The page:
Rightly or wrongly, the Europa League has an awfully bad reputation in England. The something of nothing trophy that ruins seasons with some ridiculous Thursday – Sunday scheduling that is seemingly so mind boggling no one has realised that it really isn’t that different from playing Wednesday to Saturday games.
Any issues with the Europa League is an incredibly English concern. Since it’s re-brand and re-boot in time for the 2009-10 season, the two English clubs to progress to the final were Fulham, who gallantly made it to the final in its inaugural year beating the likes of Juventus on their way to defeat in the final against Atletico Madrid, and Chelsea who won the competition during their own Benitez revival. Two countries who tend to seize the Europa League as a chance for European silverware are Portugal and Spain.
Since the 09-10 season Portugal have had 4 finalists, including one all Portuguese final in 2011. Spain on the other hand have contributed 5 finalists, resulting in winning the competition 3 times and in Sevilla have the reigning Europa League champions for the last 2 seasons. The Europa League doesn’t present itself as a burden, more of a chance to deliver success on the European stage and as a means of reinforcing co-efficiency points, crucial to any club outside of Barcelona and Real Madrid in Spain and the Top 2 in Portugal.
This year though the knock out phases of the Europa League has brought us some incredible draws. Napoli vs. Villarreal, Tottenham vs. Fiorentina, Marseille vs. Athletic Bilbao, Lazio vs. Galatasaray and Borussia Dortmund vs. Porto. These are all potential Champions League ties. They aren’t some watered down affair of minnows and obscure teams that some perceive to be endemic of the Europa League.
With no seedings, no geographical limits, the Europa League draw was always going to be tasty this season and it is through the random chance of a draw that the Europa League has finally captured the hearts and minds of English football fans. May the Europa League presents – Dortmund vs. Tottenham and Liverpool vs. Manchester United.
First up, let’s talk about potentially the best tie of the Last 16. Dortmund vs. Spurs. Actually, you could even potentially stretch as far and say that this is the most exciting and intriguing tie so far in European football. A massive claim? Perhaps, but both sides are currently playing at the peak of their powers and this two legged affair could be a hell of a game.
Thomas Tuchel has re-invigorated Dortmund into some free scoring monster this season. 59 goals so far in the league (more already than last term), their Europa League journey started way back in the third qualifying round but a 3-0 aggregate defeat of Porto clearly emphases the strength of Dortmund in the Europa League and also the seriousness they are taking the competition. For Tottenham fans, Dortmund arguably presents the greatest test left in the competition with the winner likely to become favourites to go all the way to win the trophy in Basel. Whilst Tottenham with all their defensive solidarity and host of potential England internationals filling their ranks are quickly becoming any England fans second favourite team.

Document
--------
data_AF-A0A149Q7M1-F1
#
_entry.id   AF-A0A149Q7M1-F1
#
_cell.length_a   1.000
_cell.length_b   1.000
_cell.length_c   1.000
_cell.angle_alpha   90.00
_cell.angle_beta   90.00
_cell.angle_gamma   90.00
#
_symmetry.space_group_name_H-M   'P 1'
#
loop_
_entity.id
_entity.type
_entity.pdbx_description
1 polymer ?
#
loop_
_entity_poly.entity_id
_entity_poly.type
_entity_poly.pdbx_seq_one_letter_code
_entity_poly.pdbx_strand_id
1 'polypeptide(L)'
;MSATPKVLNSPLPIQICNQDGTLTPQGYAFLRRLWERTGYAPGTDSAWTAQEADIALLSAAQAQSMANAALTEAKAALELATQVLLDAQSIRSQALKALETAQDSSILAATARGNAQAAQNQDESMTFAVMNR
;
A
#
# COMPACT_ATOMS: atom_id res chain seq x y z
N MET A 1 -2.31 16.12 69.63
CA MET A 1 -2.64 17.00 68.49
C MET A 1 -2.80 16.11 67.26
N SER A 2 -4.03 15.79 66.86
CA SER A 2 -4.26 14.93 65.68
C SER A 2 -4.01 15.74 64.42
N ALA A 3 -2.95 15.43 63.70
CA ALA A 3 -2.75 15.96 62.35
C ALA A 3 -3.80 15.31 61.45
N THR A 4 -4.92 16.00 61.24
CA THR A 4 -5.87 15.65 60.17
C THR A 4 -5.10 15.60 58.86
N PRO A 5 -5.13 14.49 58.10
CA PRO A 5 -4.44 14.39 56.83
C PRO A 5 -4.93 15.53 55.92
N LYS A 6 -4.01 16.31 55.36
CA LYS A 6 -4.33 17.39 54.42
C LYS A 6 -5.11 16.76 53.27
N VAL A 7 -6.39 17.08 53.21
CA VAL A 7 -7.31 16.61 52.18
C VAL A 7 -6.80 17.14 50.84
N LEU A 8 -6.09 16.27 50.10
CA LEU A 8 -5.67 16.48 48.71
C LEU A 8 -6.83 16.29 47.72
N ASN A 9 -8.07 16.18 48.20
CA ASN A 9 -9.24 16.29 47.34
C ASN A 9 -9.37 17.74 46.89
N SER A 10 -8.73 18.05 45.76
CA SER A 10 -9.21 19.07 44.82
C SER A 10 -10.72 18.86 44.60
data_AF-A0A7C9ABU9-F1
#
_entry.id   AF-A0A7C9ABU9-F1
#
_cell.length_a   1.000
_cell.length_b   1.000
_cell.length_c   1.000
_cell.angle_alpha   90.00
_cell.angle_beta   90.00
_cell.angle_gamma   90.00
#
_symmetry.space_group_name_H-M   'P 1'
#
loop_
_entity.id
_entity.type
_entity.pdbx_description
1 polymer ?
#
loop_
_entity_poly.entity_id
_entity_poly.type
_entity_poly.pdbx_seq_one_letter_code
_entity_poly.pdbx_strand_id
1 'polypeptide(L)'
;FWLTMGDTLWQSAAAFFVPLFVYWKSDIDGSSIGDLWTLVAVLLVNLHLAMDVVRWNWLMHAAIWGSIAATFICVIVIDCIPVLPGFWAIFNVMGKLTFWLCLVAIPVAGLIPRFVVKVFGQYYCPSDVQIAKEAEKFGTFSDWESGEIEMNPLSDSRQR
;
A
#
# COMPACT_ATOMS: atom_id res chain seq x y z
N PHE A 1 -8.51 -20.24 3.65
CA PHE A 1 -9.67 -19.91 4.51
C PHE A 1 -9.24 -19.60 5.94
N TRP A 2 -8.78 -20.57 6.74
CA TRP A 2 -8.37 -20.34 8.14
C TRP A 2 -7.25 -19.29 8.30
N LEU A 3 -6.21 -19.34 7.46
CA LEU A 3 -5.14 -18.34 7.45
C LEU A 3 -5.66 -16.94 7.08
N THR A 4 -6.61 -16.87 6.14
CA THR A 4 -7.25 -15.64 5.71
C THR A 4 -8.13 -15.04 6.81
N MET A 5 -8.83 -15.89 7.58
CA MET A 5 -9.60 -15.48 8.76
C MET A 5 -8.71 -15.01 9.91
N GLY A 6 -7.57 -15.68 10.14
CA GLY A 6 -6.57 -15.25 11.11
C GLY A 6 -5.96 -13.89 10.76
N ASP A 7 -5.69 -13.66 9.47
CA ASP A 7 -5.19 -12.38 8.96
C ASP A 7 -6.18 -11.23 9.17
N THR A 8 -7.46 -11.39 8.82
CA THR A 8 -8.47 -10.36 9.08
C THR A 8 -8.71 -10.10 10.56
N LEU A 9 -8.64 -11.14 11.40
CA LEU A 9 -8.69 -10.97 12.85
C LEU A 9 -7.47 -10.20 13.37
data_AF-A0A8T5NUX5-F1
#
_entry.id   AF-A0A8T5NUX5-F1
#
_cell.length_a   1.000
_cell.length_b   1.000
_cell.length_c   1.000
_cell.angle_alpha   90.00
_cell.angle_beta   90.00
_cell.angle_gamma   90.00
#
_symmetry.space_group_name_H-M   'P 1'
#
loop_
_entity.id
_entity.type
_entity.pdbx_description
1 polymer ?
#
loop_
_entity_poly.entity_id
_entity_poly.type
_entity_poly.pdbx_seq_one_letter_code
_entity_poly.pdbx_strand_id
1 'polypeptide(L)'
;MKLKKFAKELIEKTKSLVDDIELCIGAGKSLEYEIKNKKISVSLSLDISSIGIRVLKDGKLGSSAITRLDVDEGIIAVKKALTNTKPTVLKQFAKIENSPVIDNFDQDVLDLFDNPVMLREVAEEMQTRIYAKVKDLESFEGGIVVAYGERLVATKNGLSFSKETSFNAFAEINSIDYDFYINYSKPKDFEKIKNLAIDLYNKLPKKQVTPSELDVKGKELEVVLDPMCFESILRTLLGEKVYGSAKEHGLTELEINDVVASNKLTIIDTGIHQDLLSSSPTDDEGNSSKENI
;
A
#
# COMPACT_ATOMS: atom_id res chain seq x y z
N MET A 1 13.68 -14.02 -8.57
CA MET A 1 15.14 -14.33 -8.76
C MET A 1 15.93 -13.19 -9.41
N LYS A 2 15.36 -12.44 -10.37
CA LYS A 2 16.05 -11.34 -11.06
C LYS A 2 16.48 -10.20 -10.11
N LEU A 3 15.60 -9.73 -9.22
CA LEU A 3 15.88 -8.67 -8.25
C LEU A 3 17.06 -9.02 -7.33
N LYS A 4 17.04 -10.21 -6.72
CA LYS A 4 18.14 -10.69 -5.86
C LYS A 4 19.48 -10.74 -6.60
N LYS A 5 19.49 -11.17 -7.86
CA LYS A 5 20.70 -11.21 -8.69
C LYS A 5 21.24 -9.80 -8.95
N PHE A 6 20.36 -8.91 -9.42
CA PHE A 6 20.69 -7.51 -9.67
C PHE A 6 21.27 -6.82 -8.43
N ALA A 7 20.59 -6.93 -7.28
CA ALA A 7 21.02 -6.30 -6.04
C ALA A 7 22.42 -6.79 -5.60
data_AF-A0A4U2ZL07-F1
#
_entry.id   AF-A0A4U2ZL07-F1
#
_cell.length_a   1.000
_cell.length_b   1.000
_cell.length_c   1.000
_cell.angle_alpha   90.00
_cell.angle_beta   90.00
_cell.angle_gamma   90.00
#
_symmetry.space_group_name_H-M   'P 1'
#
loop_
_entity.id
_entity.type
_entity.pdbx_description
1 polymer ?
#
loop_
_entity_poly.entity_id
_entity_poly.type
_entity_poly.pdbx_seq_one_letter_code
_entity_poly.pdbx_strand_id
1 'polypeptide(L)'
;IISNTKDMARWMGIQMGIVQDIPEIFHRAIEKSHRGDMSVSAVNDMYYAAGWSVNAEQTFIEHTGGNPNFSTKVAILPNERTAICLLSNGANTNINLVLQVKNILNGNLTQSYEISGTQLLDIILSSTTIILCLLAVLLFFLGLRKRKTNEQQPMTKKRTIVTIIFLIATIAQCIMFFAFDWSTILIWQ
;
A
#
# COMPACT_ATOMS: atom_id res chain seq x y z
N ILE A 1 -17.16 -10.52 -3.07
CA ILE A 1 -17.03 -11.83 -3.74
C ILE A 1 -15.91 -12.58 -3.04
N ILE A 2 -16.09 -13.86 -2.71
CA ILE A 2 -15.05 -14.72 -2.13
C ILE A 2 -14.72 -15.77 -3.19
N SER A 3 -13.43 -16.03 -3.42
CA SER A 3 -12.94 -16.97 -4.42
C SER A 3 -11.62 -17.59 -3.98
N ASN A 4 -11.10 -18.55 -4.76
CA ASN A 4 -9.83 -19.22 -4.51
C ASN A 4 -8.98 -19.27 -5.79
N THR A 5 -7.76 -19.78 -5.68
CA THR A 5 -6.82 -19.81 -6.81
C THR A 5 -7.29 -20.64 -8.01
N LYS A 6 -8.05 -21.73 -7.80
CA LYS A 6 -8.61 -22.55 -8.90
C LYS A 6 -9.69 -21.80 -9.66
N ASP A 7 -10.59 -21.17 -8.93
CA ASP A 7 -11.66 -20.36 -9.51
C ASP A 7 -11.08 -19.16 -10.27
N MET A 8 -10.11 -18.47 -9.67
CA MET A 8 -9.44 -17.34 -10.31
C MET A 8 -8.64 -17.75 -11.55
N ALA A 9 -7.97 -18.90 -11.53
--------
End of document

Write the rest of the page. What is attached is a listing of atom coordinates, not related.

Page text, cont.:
For any neutral fan, this Tottenham game certainly captures the imagination. These two upstarts in their respective leagues with their unlikely title tilts this season going toe to toe in Europe would normally be the tie of the round but the Europa League didn’t just stop there. It delivered the mother of all domestic rivalries to the European stage – Liverpool vs. Manchester United.
It is amazing to think that these two clubs have never met in European competition. Whilst their respective periods of success don’t clash directly, even in the last 10 years, Chelsea vs. Liverpool or Manchester United has had plenty of European airing.
Players, fans and journalists always talk of Anfield on a European night. The atmosphere, the history. The imagery is highly provocative, even with such disappointments as Liverpool’s Champions League exit last season; the old stadium has become folkloric of the good times for Liverpool. Old Trafford itself has also seen plenty of thrills and spills in United’s pursuit of European glory and the last round of the Europa League certainly saw Old Trafford bouncing against FC Midtjyland, so atmosphere certainly won’t be an issue for either leg. The greatest shame in all of this is that neither squad is what they once were. The stage is set for a great European tie but it is hard to know what side may or may not turn up for both Liverpool and Manchester United.
Come Thursday evening the Europa League will finally be the centre of attention in pubs and social clubs up and down the country. No longer will it prove to be mere back ground noise, sound tracking dart games and fruit machines up and down the country.
For clubs like Liverpool and Manchester United this season, it’s hard to know how much of an incentive the newly implemented place in the Champions League for the winner’s is proving with both sides coming up short in their pursuit for the Top 4. The Europa League though has thrown together two of the best two legged games of the football of the season, and maybe, just maybe, perceptions of the Europa League will start to change in this country.
I know for one that I am gutted that I will be working Thursday evening and reduced to a highlight show. Thursday night football shouldn’t be this good, so let’s embrace it.
Rich, The Sweeper Football Blog